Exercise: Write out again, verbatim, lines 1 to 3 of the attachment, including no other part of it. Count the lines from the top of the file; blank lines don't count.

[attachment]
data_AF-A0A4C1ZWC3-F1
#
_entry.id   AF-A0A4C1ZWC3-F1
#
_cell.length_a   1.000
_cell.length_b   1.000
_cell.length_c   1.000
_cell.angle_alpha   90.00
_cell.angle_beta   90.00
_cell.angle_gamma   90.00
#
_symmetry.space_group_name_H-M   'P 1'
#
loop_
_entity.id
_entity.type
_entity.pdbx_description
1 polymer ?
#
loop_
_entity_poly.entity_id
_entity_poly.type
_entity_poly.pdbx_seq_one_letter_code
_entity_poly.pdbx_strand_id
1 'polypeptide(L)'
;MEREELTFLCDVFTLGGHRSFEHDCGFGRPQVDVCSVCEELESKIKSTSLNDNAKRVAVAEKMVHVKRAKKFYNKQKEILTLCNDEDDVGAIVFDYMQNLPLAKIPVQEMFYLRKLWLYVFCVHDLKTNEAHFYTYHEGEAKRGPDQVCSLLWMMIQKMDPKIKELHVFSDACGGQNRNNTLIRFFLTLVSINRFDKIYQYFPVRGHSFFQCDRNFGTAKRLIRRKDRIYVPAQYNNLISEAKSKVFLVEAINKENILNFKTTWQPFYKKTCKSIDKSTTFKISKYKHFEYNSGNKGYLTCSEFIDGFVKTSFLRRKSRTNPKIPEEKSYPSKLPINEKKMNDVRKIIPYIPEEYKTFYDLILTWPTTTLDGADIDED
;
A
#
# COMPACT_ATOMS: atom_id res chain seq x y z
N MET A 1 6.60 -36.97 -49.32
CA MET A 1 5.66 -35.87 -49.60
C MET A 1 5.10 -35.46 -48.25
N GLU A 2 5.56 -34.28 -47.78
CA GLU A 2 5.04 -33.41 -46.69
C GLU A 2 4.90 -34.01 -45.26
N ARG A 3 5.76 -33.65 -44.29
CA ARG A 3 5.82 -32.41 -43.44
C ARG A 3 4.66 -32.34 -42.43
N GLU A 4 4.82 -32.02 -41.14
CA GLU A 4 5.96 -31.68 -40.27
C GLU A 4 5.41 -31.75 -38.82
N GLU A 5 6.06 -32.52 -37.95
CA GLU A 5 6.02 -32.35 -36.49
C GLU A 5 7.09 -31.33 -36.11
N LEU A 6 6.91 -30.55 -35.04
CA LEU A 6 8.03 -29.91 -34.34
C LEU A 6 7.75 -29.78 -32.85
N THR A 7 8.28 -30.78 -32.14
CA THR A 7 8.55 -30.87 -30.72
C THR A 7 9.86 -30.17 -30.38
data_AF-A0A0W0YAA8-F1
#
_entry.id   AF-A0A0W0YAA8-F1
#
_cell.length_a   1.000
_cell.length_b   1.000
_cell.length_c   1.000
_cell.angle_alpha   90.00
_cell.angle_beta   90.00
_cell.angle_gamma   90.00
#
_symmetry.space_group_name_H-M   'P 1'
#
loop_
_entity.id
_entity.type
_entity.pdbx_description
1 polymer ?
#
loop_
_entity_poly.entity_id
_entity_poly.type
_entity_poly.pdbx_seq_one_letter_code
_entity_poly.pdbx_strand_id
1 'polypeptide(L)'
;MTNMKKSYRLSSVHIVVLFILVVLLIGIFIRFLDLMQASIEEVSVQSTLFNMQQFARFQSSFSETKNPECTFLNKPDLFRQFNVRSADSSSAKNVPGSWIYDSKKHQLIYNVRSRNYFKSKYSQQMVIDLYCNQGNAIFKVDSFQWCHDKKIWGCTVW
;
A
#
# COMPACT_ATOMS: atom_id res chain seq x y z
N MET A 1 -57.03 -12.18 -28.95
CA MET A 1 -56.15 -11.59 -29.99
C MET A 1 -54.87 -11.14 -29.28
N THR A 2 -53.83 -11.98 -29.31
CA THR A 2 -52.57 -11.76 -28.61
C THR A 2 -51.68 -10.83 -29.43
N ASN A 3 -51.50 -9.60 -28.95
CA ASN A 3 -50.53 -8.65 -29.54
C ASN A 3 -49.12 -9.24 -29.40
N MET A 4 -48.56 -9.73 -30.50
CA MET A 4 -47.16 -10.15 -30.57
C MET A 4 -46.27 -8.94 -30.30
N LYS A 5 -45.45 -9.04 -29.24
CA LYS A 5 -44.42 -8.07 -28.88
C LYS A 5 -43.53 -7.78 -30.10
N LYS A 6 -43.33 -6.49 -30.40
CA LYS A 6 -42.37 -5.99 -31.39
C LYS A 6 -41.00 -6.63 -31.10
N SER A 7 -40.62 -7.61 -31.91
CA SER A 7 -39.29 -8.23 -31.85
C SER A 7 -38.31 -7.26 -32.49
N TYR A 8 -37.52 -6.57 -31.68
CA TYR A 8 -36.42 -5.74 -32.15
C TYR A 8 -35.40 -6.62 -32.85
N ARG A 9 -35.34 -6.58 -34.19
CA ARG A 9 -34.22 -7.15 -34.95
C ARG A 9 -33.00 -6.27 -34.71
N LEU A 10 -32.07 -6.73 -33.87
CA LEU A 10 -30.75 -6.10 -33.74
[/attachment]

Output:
data_AF-A0A4C1ZWC3-F1
#
_entry.id   AF-A0A4C1ZWC3-F1